From the time I was a wee broad, Mother told me the story of how the summer before she and Dad got engaged, he hightailed it to Alaska. Apparently, the pressure from both sets of parents -- "But he's not Catholic, Anka!" "I want you to marry a college girl, Lee!" -- was bumming him out, so he split. Obviously, they got back together (after Mother gave him 10 kinds of hell for a month or two), but he always talked about the amazing beauty of Alaska: the wildlife, the mountains, the tranquility, but especially the wildlife.
Don't know whether he ever got up to the Alaskan National Wildlife Refuge
, but in February I covered a talk about it. Below, the article:
Peter Solomon is not what anyone would call a political activist.
A widower with three sons living in Northeastern Alaska as part of the Gwich’in Indian tribe, Solomon feeds his family by hunting and fishing off the coastal plain of the Arctic National Wildlife Refuge, a giant piece of wilderness shared between Alaska and Canada. But their lifeblood could soon be decimated by oil drills if the federal government has anything to say about it, he told members of the Izaak Walton League of America Monday night.
If oil development is allowed on the plain, the 8,000-member Gwich’in tribe stands to its way of life for the past 20,000 years. For example, caribou, which return to the plain on Prudhoe Bay each summer to give birth, would likely suffer decreased herds because of displacement from drilling, thereby cutting off the tribe’s food supply. Plus, the nature of drilling would destroy acres upon acres of an untouched ecosystem.
”There’s a 65 percent unemployment rate in most of Alaska,” Solomon said, “But as long as we have the right to hunt and fish on our land, that doesn’t hurt us in any way.”
Lenny Kohm, a wildlife conservationist and photographer who spent more than 15 years lecturing about the Gwich’ins’ plight and spends most summers among the tribe, said that the amount of oil that the government hopes to harvest from the plain is about 3.2 billion gallons, or a six-month supply based on normal American usage. And that number can’t be proven.
”There’s a 20 percent chance of (the oil) actually being there,” Kohm said. “When (Spanish explorers) came through Mexico, they destroyed the Aztecs and Mayans, because they needed the gold. Then 150 years ago, we ran the Native Americans out, because we wanted the land. Now, we’re getting ready to do it again, because we need the oil.”
The Arctic National Wildlife Refuge, considered a prime piece of land for drilling since 1925, was declared as such in 1980 by the Alaska National Interest Lands Conservation Act by former President Jimmy Carter, Kohm explained. Because the Coastal Plain has always been a target for drilling, however, Carter classified it as a study area until such time that it would be used for other things.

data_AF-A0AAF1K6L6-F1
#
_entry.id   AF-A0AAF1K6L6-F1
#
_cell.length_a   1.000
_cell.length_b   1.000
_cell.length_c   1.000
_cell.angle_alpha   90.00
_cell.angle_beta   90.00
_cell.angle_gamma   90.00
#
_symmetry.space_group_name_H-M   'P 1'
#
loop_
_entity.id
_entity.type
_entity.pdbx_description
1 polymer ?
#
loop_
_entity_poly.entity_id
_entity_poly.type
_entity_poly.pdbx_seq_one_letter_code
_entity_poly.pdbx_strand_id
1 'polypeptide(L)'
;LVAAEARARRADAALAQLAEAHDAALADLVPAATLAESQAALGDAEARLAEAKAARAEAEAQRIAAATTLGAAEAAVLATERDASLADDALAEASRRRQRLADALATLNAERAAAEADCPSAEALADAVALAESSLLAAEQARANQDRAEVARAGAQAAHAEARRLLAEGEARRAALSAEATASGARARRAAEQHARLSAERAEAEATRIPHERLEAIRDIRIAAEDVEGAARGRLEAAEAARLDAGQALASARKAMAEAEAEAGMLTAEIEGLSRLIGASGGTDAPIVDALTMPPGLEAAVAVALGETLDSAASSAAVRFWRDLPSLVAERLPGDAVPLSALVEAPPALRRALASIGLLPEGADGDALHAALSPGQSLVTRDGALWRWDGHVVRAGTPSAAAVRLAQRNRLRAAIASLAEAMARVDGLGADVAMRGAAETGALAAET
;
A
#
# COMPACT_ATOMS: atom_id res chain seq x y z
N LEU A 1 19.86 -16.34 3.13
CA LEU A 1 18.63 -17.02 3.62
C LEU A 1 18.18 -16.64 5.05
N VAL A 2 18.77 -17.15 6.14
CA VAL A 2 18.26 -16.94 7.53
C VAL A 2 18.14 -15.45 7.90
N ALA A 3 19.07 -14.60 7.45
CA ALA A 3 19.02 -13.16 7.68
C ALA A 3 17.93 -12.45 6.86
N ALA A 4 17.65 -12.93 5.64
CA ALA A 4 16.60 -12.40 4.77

In order for the plains to receive refuge status, a bill before the House of Representatives, H.R. 567 will have to pass. It may not have a shot, however, since President George Bush in his budget for 2006 has earmarked money for the Open Up Arctic Refuge.
”It’s not even a budget item, but he knows that as a budget bill in the Senate, it can’t be filibustered,” Kohm said.
Kohm, along with Kim Novick, Great Lakes Organizer for the Alaska Coalition, pleaded with League members to contact Sen. Richard Lugar to vote against the budget. For his Alaskan Indian “family,” he prays the efforts will work.
”If it passes, that first drill is going to have to come right through here,” Kohm said, pointing to his heart.
Well, now I find out from Rude
that it passed 51-49 to drill up the ANWR for oil they can't say for sure is even down there. Big oil (and the Republicans who support it) say that it can be drilled with minimal effect to the environment. Do you buy that? Do you really think that bringing heavy equipment to an area that;s never been exposed to it is going to survive and multiply? Do you think the birds and animals are going to want to come back to that shit every year? And once again, for oil that may not even be there.
Look at those pictures of the ANWR and tell me if you think that's right.